The Crime Blotter

Burglar Lends New Meaning To the Term ‘Break-In’

Sometimes the burglars beat the boys-“the boys” being the intrepid detectives of the 19th Precinct’s detective squad-even when the perp leaves behind a calling card, as one literally did on Feb. 7.

The suspect, a 45-year-old Bronx man, had discovered a rather novel way of breaking into apartments. “He’d find a weak spot in a wall,” explained Detective Thomas DiDomenico, kick a hole through it, “and crawl in there and steal stuff.”

The crook did just that to an apartment at 1396 Third Avenue, making off with a gold watch and a chain. After completing the job, he proceeded to another apartment at 1462 First Avenue, where he attempted to repeat his handiwork.

“That’s where he actually got caught,” Detective DiDomenico explained. A tenant spotted a hole in the hallway, thought it odd and called the super. The super, who also owns a diner on the ground floor of the building, came upstairs with one of his dishwashers and confronted the suspect, who was still in the apartment.

“The super tried to hold [the suspect] for the police, but he got away,” the detective said. However, the perp-who apparently wasn’t unacquainted with the penal system-left behind an important piece of evidence: his inmate ID.

Detective DiDomenico used the ID to trace the perp. He also discovered the alleged thief’s next date with his parole officer-Feb. 12. The detective was waiting for the suspect when he arrived for his meeting and promptly arrested him.

One might think this would be an open-and-shut case. Not so. The dishwasher apparently has something of a phobia when it comes to police stations; Detective DiDomenico speculates that it may have something to do with his legal status. “He did his civic duty,” the detective stated generously. “He did more than most people would.”

The building super also refused to come to the station. “He’s a busy man,” Detective DiDomenico said.

Thus, the District Attorney’s office declined to pursue the case. All is not lost, however; the detective is waiting to see whether the perp left behind more than his inmate ID-some fingerprints, perhaps. “If we get notified by the Latent Print Unit that his prints were in the apartment, I’ll arrest him,” Detective DiDomenico said.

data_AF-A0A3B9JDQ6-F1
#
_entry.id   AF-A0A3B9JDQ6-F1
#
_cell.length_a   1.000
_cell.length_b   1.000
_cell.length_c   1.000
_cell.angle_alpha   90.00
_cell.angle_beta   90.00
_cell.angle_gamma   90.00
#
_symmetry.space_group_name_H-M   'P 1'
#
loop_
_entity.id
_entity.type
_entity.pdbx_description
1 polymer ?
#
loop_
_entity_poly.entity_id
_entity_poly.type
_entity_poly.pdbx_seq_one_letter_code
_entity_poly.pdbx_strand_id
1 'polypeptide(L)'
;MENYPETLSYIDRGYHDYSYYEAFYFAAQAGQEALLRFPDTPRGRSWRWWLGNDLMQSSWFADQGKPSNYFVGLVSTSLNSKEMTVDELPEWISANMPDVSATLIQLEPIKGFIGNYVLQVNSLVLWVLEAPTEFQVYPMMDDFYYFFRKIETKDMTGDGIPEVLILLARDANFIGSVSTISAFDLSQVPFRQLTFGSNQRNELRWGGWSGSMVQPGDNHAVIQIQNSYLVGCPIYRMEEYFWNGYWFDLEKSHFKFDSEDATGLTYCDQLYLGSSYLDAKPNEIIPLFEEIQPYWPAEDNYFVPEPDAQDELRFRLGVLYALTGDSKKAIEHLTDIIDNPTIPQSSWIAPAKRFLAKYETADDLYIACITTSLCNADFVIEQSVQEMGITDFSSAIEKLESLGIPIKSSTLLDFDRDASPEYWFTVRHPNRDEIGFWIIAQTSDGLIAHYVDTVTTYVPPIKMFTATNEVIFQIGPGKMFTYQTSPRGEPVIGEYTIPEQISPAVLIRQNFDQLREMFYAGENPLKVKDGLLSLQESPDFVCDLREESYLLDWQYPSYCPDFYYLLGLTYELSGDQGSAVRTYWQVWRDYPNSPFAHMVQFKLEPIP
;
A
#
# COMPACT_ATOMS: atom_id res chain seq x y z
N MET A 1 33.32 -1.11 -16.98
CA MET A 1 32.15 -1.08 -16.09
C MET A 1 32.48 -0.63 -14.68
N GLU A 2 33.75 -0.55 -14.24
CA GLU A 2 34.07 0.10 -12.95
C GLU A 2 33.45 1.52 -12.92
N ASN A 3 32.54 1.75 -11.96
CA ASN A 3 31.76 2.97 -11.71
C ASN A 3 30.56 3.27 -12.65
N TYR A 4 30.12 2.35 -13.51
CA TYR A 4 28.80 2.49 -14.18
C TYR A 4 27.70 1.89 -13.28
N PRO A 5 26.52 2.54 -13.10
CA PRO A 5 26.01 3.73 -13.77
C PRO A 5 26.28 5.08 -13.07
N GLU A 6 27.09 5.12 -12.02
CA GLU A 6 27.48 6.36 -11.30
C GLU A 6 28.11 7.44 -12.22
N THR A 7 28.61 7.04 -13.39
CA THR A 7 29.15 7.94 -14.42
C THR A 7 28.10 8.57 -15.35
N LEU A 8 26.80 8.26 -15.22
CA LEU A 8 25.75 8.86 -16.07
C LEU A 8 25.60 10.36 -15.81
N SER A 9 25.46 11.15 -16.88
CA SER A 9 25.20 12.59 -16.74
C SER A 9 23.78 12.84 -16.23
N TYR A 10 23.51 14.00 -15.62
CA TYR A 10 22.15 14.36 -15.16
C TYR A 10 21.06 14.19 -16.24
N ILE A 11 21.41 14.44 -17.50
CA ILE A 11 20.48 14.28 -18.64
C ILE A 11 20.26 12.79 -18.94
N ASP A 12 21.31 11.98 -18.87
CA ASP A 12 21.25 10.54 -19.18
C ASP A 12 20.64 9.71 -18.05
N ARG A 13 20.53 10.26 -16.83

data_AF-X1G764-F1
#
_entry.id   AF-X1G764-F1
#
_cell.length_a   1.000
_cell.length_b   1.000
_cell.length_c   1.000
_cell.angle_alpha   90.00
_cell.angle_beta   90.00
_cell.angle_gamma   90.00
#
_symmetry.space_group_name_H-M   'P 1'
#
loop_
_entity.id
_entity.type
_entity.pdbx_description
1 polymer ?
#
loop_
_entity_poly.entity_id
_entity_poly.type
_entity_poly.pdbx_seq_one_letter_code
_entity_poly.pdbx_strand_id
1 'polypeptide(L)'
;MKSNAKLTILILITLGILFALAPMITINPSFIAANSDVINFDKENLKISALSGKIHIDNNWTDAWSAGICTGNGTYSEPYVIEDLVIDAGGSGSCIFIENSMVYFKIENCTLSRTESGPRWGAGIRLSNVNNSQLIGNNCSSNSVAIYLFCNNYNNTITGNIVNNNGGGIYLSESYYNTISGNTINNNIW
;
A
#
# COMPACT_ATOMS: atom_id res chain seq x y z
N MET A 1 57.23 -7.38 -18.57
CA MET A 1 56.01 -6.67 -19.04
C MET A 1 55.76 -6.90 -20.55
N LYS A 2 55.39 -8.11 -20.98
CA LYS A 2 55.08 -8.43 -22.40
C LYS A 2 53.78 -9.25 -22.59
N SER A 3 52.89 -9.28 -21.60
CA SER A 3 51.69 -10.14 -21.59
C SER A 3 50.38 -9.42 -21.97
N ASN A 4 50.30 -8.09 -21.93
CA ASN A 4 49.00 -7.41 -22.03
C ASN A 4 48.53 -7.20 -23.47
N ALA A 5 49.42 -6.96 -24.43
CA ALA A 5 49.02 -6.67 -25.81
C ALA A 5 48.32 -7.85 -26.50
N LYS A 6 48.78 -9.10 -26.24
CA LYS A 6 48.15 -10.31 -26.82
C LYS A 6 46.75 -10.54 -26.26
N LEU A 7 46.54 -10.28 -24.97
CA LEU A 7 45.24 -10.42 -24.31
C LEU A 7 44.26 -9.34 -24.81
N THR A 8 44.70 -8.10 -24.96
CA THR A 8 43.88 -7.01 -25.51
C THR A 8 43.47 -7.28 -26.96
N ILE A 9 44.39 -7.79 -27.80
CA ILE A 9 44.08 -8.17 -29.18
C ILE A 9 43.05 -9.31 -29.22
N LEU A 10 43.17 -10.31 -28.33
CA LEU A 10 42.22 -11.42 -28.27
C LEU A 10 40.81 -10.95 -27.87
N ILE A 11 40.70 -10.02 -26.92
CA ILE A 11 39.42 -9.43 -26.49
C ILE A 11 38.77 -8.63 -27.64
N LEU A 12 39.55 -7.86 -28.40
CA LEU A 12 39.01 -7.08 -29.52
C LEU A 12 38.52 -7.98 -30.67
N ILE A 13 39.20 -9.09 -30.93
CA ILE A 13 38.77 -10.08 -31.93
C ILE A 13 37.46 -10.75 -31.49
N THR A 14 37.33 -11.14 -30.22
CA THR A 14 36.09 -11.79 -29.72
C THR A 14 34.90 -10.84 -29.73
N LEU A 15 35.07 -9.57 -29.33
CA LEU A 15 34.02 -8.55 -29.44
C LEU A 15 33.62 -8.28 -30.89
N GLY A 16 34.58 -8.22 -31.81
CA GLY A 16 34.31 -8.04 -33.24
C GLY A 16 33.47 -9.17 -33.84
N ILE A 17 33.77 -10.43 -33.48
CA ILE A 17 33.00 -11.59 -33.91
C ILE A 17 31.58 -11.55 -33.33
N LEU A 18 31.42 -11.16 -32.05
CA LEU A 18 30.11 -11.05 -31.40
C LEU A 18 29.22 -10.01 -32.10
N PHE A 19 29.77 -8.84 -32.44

Service With a Smile

“Total customer satisfaction” became something of a retail mantra during the 80’s and 90’s, and it remains so today-but one sales associate may have gone too far serving a customer who visited the Ann Taylor store at 645 Madison Avenue on Feb. 8.

A security guard watched as the saleswoman gathered clothes for a customer-with whom her relationship appeared to be not strictly professional-and escorted her to a fitting room to try on the garments.

From there, both the saleswoman and the “customer” proceeded to a cash register, where the Ann Taylor employee folded, wrapped and placed the items in a shopping bag, as she would for any other patron. However, she extended the ultimate courtesy to her friend, a 25-year-old Bronx resident, requesting neither the young woman’s cash nor credit card.

As both went to the elevator and pressed the down button, the security guard approached them. The Ann Taylor employee resigned on the spot, fleeing in an unknown direction. Her accomplice, however, was apprehended with all the merchandise.

Stroller Woes

Among the many issues that confront the urban mother is what to do with her baby’s stroller when she visits a restaurant. Leaving it outside on the street, of course, is out of the question; chances are she’ll spot it for sale on the next corner, or see it being used to transport a variety of objects that most likely does not include a small child.

The solution, it would seem, is to leave it just inside the door of your favorite eatery. But as one mother discovered last month, that doesn’t always work either. The woman was visiting Le Pain Quotidian-among the more gemutlich of bakeries-when she decided that it wouldn’t be imprudent to park her child’s $200 Concorde MacLaren X267 stroller in the vestibule. She also felt sufficiently at home in the shop (which sells some of the tastiest baguettes in town and has a restaurant) to leave her Motorola StarTac cell phone in the stroller.

When the woman was ready to depart, she discovered both the stroller and the cell phone missing. Fortunately, she didn’t have far to go to get home: She lives just one block away from the Madison Avenue establishment.